British Government Response To IPCC: UK Chancellor To Put Brake On Green Energy Taxes
George Osborne tells the environmental lobby today that Britain should not be “in front of the rest of the world” in tackling climate change.
In an interview with The Times, the Chancellor dismissed as a gimmick Ed Miliband’s pledge to freeze energy prices, but he signalled that he could ease green measures if prices continued to rise. “I think we have to keep a very, very close eye on the affordability of energy prices going forward,” he said.
“You have to constantly assess the value for money of your energy policies and obligations,” he said when asked if he would halt green tariffs. Although the Treasury has no current plans to scrap the environmental burden on energy companies, he said that Britain must not price itself out of international markets.
He attacked as “too fast and too dogmatic” the plans supported by Labour all but to eliminate carbon from the power sector by 2030.
A landmark report published yesterday by the climate panel of the United Nations said it was “95 per cent certain” that human beings were the “dominant cause” of global warning. Mr Osborne said it was right to protect the environment and emphasised that “greenery is not a luxury” but said that Britain should resist a “very prescriptive path for green energy”.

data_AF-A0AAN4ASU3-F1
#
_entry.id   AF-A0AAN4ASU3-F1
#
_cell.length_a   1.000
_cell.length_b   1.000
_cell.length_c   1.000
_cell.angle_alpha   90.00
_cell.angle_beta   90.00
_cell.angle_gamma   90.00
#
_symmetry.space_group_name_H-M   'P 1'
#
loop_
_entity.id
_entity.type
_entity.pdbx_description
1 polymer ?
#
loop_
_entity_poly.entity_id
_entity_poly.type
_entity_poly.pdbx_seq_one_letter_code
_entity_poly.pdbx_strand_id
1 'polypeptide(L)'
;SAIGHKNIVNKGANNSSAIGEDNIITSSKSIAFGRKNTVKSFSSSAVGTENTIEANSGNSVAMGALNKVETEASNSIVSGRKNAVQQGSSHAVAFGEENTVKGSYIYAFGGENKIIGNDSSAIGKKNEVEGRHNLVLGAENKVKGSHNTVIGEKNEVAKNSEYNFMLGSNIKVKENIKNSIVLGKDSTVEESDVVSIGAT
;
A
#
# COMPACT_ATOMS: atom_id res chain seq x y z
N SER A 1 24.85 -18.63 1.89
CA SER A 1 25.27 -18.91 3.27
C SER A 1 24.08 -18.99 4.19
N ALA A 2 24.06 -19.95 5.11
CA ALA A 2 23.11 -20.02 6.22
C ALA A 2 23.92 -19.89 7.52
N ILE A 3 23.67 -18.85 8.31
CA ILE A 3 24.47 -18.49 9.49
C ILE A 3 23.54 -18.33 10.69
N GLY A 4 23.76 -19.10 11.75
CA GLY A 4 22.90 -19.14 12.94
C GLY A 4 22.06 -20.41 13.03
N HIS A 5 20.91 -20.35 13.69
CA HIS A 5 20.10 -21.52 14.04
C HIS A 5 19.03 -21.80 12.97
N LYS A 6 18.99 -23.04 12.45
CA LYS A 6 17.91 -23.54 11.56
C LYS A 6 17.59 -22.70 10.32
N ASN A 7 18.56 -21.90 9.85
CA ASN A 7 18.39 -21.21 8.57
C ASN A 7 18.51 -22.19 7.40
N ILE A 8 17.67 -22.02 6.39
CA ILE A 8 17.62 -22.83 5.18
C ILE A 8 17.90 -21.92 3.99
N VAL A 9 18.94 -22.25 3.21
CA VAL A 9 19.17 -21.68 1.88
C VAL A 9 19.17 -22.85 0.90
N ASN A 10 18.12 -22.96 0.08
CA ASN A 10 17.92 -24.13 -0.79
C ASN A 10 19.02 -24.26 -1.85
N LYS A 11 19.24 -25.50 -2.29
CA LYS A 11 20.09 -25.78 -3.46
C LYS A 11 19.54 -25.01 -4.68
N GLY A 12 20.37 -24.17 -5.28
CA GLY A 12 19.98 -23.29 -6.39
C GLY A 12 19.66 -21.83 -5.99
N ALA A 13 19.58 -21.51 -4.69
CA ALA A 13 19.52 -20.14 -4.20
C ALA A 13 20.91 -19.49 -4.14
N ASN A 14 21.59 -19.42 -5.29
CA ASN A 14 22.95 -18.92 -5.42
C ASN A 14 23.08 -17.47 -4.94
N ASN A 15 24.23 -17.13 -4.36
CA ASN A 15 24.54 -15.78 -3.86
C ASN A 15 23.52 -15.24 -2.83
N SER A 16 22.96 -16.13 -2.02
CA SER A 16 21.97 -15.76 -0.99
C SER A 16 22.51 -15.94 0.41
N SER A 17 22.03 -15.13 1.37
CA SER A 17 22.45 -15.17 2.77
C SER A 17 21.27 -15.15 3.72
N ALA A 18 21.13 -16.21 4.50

He added: “I want to provide for the country the cheapest energy possible, consistent with having it reliable, in other words as a steady supply, and consistent with us playing our part in an international effort to tackle climate change. But I don’t want us to be the only people out there in front of the rest of the world. I certainly think we shouldn’t be further ahead of our partners in Europe.” [...]
Energy companies say that green taxes account for about 10 per cent of an average household bill. Michael Fallon, the Energy Minister, is understood to be looking at reducing the burden of environmental measures on household bills in the next Conservative manifesto. “We are confident we can be green, but a cheaper green,” one source said.
One target is the Energy Companies Obligation (ECO), which requires big energy companies to foot lagging bills for pensioners and benefit claimants. The Government is also said to be considering a moratorium on inland windfarms.